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Eight people killed as heavy rainfall floods Seoul area

Subway stations are closed, and drivers abandon cars in upscale Gangnam district as roads become impassable

Choe Sang-Hun Seoul Published 10.08.22, 01:04 AM
Representational image.

Representational image. Shutterstock

At least eight people were killed as some of the heaviest rainfall in decades struck the Seoul area overnight, flooding homes, streets and subway stations, South Korean officials said on Tuesday.

Three of the dead, two sisters in their 40s and a 13-year-old girl, were found early on Tuesday as emergency workers pumped out the water that had flooded their semi-basement home in southern Seoul. Another was a municipal employee, apparently electrocuted while removing a tree that had fallen onto a sidewalk, the police said.


In addition to the eight confirmed deaths, officials said seven people were missing after floodwaters pulled them into manholes, underground passages or streams.

Nearly 17 inches of rain poured down in southern Seoul between early Monday and early Tuesday, roughly the same amount that falls in a typical summer month, weather officials said. In one district, 5.4 inches fell in a single hour, breaking an 80-year-old Seoul record.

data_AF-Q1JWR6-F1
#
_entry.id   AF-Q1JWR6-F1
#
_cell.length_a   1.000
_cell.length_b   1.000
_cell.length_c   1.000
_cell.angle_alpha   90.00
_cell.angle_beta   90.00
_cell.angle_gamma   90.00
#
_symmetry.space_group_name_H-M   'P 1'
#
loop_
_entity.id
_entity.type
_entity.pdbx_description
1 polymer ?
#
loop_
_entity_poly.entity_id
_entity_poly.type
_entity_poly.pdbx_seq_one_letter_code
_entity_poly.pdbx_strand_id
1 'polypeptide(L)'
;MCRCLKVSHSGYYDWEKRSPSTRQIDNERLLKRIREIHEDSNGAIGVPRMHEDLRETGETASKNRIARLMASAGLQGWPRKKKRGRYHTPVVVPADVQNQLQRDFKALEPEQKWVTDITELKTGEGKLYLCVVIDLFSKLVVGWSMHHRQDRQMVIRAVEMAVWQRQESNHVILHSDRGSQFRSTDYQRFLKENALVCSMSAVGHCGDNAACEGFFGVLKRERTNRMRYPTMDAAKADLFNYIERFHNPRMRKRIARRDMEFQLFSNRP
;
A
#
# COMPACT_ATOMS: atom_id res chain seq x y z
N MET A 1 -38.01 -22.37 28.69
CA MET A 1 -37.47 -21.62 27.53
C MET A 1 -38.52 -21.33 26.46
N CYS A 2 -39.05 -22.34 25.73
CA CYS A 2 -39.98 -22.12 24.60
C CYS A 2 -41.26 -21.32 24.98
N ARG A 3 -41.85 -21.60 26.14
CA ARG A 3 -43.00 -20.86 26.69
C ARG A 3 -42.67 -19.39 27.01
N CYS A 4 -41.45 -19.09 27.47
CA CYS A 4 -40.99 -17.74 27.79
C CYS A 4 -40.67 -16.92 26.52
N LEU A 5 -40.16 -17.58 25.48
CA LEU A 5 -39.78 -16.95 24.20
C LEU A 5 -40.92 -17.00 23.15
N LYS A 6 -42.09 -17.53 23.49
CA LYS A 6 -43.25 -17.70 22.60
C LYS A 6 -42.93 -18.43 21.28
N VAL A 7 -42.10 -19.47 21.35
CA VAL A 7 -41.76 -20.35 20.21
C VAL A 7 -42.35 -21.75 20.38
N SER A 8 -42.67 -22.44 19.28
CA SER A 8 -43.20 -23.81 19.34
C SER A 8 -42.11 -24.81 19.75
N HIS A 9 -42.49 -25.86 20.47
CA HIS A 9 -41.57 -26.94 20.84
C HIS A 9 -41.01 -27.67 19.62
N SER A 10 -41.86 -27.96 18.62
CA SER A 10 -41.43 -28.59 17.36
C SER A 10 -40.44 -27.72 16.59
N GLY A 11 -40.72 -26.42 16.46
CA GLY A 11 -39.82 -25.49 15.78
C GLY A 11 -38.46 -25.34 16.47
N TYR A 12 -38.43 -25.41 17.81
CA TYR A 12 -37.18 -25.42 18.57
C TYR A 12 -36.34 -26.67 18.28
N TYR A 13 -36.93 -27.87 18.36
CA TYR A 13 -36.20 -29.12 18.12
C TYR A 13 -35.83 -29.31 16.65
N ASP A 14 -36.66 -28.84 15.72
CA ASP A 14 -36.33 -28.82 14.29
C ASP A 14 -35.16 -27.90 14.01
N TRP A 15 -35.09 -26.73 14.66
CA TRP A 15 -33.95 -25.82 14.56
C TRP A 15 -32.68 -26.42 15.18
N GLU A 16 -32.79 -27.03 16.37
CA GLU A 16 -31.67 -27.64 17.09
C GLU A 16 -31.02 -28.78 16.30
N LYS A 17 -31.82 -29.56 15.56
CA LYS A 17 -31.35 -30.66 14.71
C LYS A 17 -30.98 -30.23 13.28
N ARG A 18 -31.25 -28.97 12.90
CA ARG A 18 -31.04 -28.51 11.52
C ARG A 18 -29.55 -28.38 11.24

The deluges continued Tuesday afternoon, and more heavy rain was expected on Wednesday in the capital area and in provinces east and south of it, the Korea Meteorological Administration said.

The flooding turned Seoul’s Monday evening rush hour into chaos. Some subway stations were closed, and drivers abandoned cars in the upscale Gangnam district as roads became impassable. Homes and other buildings experienced power outages.

Photos on social media showed commuters wading through waist-deep water, drivers stranded on car roofs and rainwater cascading down the steps of subway stations. Some of the images from Tuesday morning, after the floods receded, resembled a disaster movie.

Hiking paths in the mountains around Seoul were closed on Tuesday, and the government issued alerts warning that landslides were possible. Businesses were urged to adjust their working hours so employees could avoid traffic jams and potential hazards.

South Korea annually reports floods during its monsoon season.

New York Times News Service

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